Senate debates

Wednesday, 31 October 2012

Matters of Public Importance

Uranium Exports

3:43 pm

Photo of Stephen ParryStephen Parry (Tasmania, Liberal Party) Share this | | Hansard source

The President has received the following letter from Senator Siewert:

Pursuant to standing order 75, I propose that the following matter of public importance be submitted to the Senate for discussion:

That uranium sales to India are illegal under the treaty of Rarotonga and may encourage the opening of toxic uranium mines in Australia by proponents with little experience and in states with deficient regulatory capacity and experience.

Is the proposal supported?

More than the number of senators required by the standing orders having risen in their places—

I understand that informal arrangements have been made to allocate specific times to each of the speakers in today's debate. With the concurrence of the Senate, I shall ask the clerks to set the clock accordingly.

3:44 pm

Photo of Scott LudlamScott Ludlam (WA, Australian Greens) Share this | | Hansard source

You can tell at the outset the matters of public importance written by the Australian Greens compared to those that are written by the coalition. This is a matter of great urgency. I want to begin with the international law dimensions because the matter raised does speak directly to the fact that sales of uranium to a country that stands outside the nuclear non-proliferation treaty are illegal at international law. Australia is, of course, a signatory to the treaty of Rarotonga. For senators who are not aware, that is the South Pacific Nuclear Free Zone Treaty. It creates a geographical region in which nuclear weapons are banned, but it does more than that. It stipulates that a condition of nuclear trade is full-scope safeguards of the International Atomic Energy Agency. Senators may not have been aware that the only way you get full-scope safeguards with the IAEA is by signing the nuclear non-proliferation treaty; and it is because Australia has these treaty commitments that every Australian government for the last 41 years has upheld the principle of not selling uranium to non-NPT states.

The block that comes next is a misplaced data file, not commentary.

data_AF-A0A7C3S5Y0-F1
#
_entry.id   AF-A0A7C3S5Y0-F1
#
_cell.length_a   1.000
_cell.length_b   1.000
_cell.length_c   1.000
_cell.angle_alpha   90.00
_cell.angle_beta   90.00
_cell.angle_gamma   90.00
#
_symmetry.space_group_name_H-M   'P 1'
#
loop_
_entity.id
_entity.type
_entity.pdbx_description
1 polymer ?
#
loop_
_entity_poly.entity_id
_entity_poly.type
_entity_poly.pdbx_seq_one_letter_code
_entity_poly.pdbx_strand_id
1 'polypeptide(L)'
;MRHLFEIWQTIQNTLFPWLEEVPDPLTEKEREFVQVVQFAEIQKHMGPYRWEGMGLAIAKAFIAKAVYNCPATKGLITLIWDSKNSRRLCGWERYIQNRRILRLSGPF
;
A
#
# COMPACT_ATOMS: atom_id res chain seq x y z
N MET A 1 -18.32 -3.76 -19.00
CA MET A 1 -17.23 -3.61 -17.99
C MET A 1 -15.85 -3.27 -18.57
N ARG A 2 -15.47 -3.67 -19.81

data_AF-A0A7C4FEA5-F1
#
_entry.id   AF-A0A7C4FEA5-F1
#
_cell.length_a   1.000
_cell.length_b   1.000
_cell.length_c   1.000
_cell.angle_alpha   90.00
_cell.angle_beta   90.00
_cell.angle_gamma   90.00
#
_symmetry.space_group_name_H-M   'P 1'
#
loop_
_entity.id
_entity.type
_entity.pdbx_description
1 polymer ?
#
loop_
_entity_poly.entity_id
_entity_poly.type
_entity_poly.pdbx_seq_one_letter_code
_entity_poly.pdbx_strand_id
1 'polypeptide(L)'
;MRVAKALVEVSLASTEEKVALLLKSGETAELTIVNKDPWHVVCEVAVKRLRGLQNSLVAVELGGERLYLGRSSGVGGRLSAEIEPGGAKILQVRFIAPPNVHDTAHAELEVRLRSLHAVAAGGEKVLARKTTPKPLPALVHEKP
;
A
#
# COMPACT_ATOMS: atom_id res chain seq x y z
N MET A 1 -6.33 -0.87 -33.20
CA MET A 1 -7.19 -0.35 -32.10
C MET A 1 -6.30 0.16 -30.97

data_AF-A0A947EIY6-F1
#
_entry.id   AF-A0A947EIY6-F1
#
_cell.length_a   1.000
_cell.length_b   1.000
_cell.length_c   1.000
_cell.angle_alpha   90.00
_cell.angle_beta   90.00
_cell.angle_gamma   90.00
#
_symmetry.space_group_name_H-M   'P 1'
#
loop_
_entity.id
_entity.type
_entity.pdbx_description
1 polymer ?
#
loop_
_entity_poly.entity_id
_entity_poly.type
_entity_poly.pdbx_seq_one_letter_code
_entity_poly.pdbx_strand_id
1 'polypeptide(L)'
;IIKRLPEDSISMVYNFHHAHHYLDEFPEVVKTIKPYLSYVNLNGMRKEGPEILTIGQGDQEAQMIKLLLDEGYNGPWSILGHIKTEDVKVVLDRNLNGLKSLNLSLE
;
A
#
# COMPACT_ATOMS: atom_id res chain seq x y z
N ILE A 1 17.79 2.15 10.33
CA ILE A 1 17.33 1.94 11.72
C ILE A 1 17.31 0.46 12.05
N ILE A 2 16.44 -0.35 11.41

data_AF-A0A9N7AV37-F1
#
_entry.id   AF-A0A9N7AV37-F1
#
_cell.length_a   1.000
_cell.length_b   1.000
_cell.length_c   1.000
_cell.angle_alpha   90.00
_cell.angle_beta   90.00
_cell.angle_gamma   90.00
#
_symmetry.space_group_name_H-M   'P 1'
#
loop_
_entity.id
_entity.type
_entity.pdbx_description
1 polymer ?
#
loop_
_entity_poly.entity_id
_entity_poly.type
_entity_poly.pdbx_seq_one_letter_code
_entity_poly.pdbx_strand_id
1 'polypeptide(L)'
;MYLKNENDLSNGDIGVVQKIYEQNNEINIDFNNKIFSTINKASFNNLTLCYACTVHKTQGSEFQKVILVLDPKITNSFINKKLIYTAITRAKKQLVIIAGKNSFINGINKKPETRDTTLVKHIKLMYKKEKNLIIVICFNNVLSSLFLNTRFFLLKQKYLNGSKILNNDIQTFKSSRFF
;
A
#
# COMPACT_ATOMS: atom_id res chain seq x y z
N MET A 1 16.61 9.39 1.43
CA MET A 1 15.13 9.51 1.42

Here is somebody I would not normally quote in the Senate. In fact, this might be the first time I have ever done so. The current Minister for Resources and Energy, Martin Ferguson, said in 2006, from opposition:

As the second biggest supplier of uranium, Australia cannot have one set of rules for some countries and another set for others … Labor calls on John Howard to clarify his support for the NPT and rule out the export of uranium to any state unless and until that state joins the NPT.